For several reasons actually. I do use other methods of promotion, but this seems to be the most impactful. I’d say that playing on the street shows this sense of vulnerability which creates a certain amount of trust with your audience. When you have that trust, the audience starts to see that other people may be dancing or clapping or getting into it. Other people are kind of in the herd mentality and they just follow, and they turn up. They get a moment as opposed to “Guys, we’re going to this show and we’re going to pay for this thing to see this artist!” Which is cool in its own way, but when you surprise people and they get something out of it, it’s almost like they’re recharged. There’s a strong emotional connection.

On a street corner you see two, three thousand people walk by. That’s a lot of people who are listening — at least on a subconscious level. The people who really resonate will stay and they becomes fan for life. They feel like they’ve participated in something. They come up to me and say “Hey David!” like they know me, and sometimes I have no idea who they are, but I remember their face. They’re going to remember that moment for a really long time. In that sense, they’re going to go to my Facebook and hit the “Like” button, and follow to see what’s happening in my life because they really resonated with what happened. They want to see growth. It’s probably one of the strongest promotion tools. There’s tons of content you get with people on their phones posting it on Youtube. If you check Youtube and type my name there’s thousands of videos  — videos I’ve never even seen. It’s free promotion! Guerilla marketing.

 

The first time I heard you was actually on the streets of Downtown Vancouver. It sounds like this method of promotion is really working for you.

 

Yeah, I think it is.

 

I understand that your new album name Every Colour is synonymous with “everybody”, how do you take this concept into consideration when creating your music?  

 

Well, it was more of an introduction. Everybody has got their own story, regardless of where they come from. Culture, race, or whatever. There’s tons of juice in there that I think people can relate to. I’m not really making a record for anyone specifically. I’m just kind of making it for humanity. Its got stories of love, pain, and suffering, and it’s got themes of rebellion, self-governance, and just things I believe in. I’ve been influenced by people like Randy Ponzio; he had a huge impact on my life. He passed away in 2011, and he was always fighting for the people. He sang songs for humanity and that left an impact on me. Hopefully my music does that for everyone.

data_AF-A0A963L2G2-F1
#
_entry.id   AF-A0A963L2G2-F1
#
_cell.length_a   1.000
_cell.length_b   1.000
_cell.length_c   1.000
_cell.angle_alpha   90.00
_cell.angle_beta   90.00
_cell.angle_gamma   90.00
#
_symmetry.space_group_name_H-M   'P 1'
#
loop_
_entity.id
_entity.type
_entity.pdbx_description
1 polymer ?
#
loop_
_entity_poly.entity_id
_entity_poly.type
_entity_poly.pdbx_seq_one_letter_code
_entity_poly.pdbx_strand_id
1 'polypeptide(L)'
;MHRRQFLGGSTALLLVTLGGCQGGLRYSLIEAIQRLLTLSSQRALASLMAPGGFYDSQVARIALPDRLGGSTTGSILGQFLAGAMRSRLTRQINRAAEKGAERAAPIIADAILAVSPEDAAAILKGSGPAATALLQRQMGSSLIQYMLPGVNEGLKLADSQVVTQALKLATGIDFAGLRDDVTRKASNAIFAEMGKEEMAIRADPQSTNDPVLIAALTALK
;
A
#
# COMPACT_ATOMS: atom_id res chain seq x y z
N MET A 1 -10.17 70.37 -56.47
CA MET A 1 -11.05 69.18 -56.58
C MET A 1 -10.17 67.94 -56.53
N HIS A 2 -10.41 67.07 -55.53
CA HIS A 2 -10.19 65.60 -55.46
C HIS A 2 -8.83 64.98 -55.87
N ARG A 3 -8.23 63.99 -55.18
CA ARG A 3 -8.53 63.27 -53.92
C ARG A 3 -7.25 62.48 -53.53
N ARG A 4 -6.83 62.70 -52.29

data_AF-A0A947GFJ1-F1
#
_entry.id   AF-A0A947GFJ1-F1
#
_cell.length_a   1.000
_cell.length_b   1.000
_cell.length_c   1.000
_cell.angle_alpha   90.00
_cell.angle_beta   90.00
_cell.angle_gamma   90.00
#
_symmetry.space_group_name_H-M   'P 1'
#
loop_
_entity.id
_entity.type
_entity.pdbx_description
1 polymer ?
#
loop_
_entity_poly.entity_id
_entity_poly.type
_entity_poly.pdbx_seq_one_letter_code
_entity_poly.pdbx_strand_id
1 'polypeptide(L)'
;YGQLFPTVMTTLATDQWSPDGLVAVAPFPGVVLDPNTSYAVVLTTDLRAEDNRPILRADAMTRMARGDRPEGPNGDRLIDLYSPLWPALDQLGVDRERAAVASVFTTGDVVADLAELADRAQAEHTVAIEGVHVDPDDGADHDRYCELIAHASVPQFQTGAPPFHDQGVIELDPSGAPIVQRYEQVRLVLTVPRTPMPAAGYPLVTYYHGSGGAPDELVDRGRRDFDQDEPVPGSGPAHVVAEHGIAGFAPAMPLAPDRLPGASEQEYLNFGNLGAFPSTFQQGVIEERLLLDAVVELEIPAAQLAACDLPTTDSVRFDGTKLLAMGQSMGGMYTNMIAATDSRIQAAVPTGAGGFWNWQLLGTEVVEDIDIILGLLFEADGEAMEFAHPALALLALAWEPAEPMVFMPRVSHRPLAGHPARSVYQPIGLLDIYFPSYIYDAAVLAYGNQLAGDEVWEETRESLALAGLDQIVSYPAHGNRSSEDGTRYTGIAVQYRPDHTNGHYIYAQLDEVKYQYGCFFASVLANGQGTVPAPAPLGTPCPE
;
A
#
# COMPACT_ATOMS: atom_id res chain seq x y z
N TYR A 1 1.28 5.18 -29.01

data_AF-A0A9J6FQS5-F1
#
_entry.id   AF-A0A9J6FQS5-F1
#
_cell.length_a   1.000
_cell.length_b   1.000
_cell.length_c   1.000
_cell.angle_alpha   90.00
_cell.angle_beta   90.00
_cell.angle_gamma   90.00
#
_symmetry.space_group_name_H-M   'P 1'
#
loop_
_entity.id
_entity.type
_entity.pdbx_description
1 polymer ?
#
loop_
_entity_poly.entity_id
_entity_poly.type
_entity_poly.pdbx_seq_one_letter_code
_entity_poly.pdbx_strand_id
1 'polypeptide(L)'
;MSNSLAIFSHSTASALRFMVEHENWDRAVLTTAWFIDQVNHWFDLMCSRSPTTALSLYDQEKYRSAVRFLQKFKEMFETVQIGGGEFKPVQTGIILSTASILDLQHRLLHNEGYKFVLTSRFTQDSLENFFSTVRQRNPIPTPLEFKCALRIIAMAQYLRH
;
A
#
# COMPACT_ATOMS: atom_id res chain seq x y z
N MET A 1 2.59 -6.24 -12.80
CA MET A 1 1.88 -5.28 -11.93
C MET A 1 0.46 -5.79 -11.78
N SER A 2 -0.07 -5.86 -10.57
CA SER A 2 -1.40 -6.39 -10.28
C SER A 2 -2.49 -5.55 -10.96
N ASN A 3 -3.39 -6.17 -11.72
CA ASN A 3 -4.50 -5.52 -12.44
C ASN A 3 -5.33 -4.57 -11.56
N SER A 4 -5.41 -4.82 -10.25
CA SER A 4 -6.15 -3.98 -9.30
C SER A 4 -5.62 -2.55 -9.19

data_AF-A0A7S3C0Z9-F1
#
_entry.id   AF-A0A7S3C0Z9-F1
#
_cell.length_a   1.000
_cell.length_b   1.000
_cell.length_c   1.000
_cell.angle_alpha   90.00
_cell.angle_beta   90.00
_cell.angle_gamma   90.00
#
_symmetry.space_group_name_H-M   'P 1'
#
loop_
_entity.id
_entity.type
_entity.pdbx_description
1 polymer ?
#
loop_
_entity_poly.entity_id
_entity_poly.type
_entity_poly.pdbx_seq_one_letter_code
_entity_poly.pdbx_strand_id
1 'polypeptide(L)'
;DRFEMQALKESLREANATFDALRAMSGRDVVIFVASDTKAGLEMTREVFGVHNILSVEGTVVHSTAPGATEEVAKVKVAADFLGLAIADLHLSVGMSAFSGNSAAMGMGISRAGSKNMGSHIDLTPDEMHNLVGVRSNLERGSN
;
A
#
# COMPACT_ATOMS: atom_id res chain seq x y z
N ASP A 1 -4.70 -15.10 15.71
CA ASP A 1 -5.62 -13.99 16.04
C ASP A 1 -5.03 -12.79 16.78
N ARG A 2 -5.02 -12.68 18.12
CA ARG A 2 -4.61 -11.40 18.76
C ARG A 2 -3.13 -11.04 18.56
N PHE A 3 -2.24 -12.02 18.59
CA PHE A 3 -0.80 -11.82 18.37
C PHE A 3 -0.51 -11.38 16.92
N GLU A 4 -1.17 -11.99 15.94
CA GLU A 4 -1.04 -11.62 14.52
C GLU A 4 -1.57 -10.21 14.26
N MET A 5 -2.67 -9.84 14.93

Final question; what’s next?

 

Next I’m going to start recording more. I want to put out a new album, and I also want to start releasing new singles. Mostly I just want to collaborate with other artists that I’m a huge fan of. I’m going to dedicate time after we’re done marketing to hit the studio with people I’ve been planning on working with. Start some dialogue with some of my friends, and people that I just look up to. Just put out more content, yenno?

 

<iframe width=”560″ height=”315″ src=”https://www.youtube.com/embed/ao6_O3iX3o8″ frameborder=”0″ allowfullscreen></iframe>

Vibe with David Morin at the upcoming music festival Khatsalano on July 11th, 2015.

 

 

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  1. Great interview. It’s good to know Davids’ progress as he continues his journey through massive music successes. I’ve always known that David would find his dreams, whatever they may be, and make them realities. That’s all I ever wished for him as a parent, mom, friend, and biggest fan! Keep on keeping on…much love. Mom